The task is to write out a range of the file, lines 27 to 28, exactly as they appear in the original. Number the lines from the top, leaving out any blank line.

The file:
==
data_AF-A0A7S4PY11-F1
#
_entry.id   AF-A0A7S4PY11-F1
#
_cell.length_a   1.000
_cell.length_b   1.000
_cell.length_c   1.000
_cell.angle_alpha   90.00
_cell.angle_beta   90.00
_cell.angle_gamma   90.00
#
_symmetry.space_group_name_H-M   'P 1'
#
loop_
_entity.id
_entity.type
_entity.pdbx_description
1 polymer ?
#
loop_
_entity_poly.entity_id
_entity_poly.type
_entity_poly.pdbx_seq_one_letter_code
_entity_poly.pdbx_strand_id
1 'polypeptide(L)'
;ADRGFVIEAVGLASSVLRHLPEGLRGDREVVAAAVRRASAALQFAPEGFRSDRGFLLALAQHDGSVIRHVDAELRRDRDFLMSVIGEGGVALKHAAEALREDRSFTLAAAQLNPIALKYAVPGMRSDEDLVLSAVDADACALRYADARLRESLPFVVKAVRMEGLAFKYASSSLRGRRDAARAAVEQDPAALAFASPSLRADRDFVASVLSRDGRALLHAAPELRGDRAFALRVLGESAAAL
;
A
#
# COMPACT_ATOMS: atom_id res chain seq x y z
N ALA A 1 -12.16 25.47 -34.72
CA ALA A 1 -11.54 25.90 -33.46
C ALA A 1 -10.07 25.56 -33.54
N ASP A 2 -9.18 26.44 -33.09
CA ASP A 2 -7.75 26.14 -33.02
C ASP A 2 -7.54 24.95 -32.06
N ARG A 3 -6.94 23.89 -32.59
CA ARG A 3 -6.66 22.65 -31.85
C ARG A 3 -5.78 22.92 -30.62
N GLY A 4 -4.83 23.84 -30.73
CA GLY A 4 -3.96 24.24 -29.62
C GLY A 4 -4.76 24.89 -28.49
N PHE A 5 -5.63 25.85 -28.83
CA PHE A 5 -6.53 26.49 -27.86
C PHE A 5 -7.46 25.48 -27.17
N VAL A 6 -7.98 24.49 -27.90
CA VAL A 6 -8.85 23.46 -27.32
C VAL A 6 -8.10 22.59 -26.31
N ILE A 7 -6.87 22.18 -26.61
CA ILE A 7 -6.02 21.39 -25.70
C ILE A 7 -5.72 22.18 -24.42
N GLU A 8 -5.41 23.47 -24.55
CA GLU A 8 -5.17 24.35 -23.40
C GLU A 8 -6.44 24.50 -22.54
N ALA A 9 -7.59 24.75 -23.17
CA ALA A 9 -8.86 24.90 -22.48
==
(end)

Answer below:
;
A